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TABLE 125.-Per cent of foreign-born employees who speak English, by sex, years in the United States, and race-Continued.
The above table shows that there is, in general, an increase in the proportion of employees, both males and females, who speak English, with length of residence in the United States. In the case of every race for which the percentages are given, a considerably larger proportion of males who have been in this country from five to nine years than of the males who have been here under five years are able to speak English, and in the case of every race except the Magyars a larger proportion of males who have been here ten years or over than of males who have been here from five to nine years are able to speak English. This increase in the proportion of males who speak English is particularly noticeable among the Greeks and Slovenians. A tendency similar to that shown by the percentages for the males is shown by the percentages for the females. The proportion of female employees who speak English is larger, in the case of every race for which the percentages have been completed, for females who have been in the United States from five to nine years than for females who have been here under five years, and larger, in the case of every race except the Croatians, for females who have been here ten years or over than for females who have been here from five to nine years.
PART II-THE SLAUGHTERING AND MEAT-PACKING INDUSTRY IN
The significance of Chicago as a slaughtering and meat-packing center-The stockyards district of Chicago-The development of the industry-Households studied— Members of households for whom detailed information was secured-Employees for whom information was secured-[Text Tables 126 to 130, General Tables 58 to 60].
THE SIGNIFICANCE OF CHICAGO AS A SLAUGHTERING AND MEAT-PACKING CENTER."
In 1905 the value of the output of the slaughtering and meat-packing industry in the city of Chicago was $269,581,486. This figure represents 29.5 per cent of the total value of slaughtering and meatpacking products for the United States. Not only is Chicago the principal center of the industry of the country, but the industry is the most important in the city. It appears from the special reports of the United States census on manufactures that in 1905 the value of the slaughtering and meat-packing output amounted to 28.2 per cent of the value of all local manufactures. In capital invested and in the average number of wage-earners, as well as in the value of products, slaughtering and meat packing outranks all other industries of the city. There were at the time specified 24 establishments in the city, the property of 13 individuals or firms, and the capital invested was $69,880,273. An expenditure of $230,866,378 was made for raw materials. Of the 22,391 wage-earners reported by the census, 19,857, or 88.7 per cent, were men 16 years of age or over, 2,477, or 11.1 per cent, were women 16 years of age or over, and only 57 were children. The total sum annually paid in wages was $12,243,111.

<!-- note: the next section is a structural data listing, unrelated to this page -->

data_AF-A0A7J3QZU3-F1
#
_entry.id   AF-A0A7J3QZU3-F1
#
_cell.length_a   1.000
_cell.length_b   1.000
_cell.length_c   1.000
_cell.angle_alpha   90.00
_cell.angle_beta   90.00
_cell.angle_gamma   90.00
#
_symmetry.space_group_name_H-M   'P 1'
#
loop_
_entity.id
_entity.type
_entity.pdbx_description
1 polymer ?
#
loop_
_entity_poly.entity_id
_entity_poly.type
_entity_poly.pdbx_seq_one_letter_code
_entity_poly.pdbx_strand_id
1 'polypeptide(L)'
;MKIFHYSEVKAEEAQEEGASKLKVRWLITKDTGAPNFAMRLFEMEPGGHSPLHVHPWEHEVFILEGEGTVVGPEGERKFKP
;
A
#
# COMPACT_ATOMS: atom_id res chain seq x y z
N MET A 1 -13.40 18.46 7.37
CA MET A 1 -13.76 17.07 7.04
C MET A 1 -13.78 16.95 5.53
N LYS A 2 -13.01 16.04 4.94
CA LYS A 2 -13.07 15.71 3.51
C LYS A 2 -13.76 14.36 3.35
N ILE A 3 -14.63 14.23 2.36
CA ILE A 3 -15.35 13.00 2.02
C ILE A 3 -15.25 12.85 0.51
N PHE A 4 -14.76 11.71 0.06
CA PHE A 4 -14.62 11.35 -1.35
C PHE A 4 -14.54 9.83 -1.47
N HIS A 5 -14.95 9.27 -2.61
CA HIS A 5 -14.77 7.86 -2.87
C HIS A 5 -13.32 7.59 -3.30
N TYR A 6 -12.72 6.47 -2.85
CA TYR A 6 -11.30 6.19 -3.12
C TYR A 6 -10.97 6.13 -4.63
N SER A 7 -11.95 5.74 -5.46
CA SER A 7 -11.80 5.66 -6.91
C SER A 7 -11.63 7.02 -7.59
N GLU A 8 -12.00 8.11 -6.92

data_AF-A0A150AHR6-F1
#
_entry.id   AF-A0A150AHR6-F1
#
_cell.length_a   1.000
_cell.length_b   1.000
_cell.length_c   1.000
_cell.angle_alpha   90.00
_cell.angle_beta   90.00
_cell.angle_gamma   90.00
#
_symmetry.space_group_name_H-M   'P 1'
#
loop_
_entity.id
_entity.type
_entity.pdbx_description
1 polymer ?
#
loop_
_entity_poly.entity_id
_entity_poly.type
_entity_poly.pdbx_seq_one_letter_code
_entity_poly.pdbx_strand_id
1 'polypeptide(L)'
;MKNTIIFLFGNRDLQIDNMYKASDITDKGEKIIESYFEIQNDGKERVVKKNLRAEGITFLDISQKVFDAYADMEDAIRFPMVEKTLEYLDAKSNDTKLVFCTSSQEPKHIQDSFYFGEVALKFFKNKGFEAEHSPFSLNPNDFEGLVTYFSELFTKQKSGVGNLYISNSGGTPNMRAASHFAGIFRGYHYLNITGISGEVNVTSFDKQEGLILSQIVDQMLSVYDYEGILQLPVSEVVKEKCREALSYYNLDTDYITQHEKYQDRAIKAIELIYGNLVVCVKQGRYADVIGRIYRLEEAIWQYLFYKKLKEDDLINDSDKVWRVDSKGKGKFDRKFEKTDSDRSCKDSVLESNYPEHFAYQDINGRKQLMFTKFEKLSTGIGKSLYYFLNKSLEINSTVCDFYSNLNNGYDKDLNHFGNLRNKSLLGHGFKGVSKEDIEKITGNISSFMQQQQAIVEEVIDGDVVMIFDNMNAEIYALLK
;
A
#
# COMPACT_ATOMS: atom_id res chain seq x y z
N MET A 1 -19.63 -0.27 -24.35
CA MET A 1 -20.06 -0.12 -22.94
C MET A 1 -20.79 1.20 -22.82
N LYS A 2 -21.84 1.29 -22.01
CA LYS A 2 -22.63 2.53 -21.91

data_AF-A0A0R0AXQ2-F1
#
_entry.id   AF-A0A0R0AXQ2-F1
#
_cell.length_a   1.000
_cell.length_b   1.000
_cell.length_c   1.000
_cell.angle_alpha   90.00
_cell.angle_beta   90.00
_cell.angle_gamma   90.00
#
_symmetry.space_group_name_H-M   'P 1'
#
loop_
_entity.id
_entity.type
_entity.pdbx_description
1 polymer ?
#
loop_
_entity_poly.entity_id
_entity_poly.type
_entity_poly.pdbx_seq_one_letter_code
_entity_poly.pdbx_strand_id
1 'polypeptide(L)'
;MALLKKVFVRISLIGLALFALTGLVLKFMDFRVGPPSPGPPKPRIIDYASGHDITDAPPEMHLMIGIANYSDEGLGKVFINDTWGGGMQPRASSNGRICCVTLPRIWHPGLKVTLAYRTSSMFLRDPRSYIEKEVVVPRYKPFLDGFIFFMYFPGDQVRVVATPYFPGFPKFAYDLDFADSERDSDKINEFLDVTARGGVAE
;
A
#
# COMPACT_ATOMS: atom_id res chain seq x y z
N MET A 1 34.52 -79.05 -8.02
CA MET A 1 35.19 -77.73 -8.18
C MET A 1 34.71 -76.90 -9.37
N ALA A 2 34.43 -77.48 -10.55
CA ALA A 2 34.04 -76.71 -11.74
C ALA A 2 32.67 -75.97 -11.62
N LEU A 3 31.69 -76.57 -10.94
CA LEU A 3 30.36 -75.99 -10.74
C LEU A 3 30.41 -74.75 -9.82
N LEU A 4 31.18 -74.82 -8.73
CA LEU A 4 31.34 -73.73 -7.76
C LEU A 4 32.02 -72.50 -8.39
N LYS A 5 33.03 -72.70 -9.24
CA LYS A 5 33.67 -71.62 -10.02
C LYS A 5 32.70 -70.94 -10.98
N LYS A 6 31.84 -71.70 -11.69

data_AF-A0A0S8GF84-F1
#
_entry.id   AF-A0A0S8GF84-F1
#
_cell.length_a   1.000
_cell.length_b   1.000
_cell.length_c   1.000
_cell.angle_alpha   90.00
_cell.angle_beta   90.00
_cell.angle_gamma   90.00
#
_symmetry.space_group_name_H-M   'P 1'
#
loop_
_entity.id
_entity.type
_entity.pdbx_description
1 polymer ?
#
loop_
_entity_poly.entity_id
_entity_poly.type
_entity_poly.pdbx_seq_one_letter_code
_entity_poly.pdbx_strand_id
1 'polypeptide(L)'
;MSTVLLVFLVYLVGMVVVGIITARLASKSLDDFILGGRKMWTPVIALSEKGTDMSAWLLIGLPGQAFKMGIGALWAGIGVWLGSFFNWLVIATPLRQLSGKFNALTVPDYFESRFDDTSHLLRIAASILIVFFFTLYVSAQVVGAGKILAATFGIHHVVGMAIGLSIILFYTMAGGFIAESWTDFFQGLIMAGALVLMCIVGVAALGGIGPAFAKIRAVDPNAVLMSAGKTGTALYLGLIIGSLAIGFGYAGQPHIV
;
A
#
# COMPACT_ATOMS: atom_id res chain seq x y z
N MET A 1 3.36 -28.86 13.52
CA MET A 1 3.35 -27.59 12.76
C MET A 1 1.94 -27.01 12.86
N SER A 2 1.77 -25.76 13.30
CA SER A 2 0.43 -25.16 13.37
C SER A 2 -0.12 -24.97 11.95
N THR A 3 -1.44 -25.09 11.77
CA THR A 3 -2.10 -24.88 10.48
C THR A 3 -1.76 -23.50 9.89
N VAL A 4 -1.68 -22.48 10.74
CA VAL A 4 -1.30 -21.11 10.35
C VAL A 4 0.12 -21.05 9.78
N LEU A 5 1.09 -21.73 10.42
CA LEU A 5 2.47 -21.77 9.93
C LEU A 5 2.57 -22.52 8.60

THE STOCK-YARDS DISTRICT OF CHICAGO.
The Chicago police district known as the stock-yards district, extends from Thirty-ninth street on the north to One hundred and seventh street on the south, and from State street on the east to Forty-eighth street on the west. These limits, however, contain much territory not directly tributary to the stock yards. Practically all the workmen who are employed in the stock yards and slaughtering and packing houses are found residing within the district bounded on the north by Thirty-ninth street, on the south by Fifty-fifth street, on the east by Wentworth avenue, and on the
• Figures from United States census of manufactures for 1905.